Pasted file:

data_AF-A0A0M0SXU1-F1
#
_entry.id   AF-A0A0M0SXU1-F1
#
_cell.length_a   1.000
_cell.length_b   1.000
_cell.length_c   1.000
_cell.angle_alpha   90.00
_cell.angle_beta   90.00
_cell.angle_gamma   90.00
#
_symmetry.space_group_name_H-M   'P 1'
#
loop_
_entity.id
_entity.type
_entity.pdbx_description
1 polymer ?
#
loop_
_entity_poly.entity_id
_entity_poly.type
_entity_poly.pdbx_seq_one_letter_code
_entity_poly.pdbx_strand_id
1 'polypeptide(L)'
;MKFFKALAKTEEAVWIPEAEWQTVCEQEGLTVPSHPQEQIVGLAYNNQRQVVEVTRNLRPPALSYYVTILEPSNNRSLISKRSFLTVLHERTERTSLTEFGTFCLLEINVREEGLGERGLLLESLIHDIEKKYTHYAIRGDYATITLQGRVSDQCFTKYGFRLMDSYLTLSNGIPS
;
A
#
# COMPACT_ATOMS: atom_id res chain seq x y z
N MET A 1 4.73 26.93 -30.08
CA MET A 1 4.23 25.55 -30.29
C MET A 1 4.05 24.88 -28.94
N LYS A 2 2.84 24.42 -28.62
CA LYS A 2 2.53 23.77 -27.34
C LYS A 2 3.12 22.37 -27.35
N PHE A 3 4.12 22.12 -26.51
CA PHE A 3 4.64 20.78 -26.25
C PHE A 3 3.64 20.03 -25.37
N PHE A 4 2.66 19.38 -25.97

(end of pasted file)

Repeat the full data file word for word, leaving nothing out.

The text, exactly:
data_AF-A0A0M0SXU1-F1
#
_entry.id   AF-A0A0M0SXU1-F1
#
_cell.length_a   1.000
_cell.length_b   1.000
_cell.length_c   1.000
_cell.angle_alpha   90.00
_cell.angle_beta   90.00
_cell.angle_gamma   90.00
#
_symmetry.space_group_name_H-M   'P 1'
#
loop_
_entity.id
_entity.type
_entity.pdbx_description
1 polymer ?
#
loop_
_entity_poly.entity_id
_entity_poly.type
_entity_poly.pdbx_seq_one_letter_code
_entity_poly.pdbx_strand_id
1 'polypeptide(L)'
;MKFFKALAKTEEAVWIPEAEWQTVCEQEGLTVPSHPQEQIVGLAYNNQRQVVEVTRNLRPPALSYYVTILEPSNNRSLISKRSFLTVLHERTERTSLTEFGTFCLLEINVREEGLGERGLLLESLIHDIEKKYTHYAIRGDYATITLQGRVSDQCFTKYGFRLMDSYLTLSNGIPS
;
A
#
# COMPACT_ATOMS: atom_id res chain seq x y z
N MET A 1 4.73 26.93 -30.08
CA MET A 1 4.23 25.55 -30.29
C MET A 1 4.05 24.88 -28.94
N LYS A 2 2.84 24.42 -28.62
CA LYS A 2 2.53 23.77 -27.34
C LYS A 2 3.12 22.37 -27.35
N PHE A 3 4.12 22.12 -26.51
CA PHE A 3 4.64 20.78 -26.25
C PHE A 3 3.64 20.03 -25.37
N PHE A 4 2.66 19.38 -25.97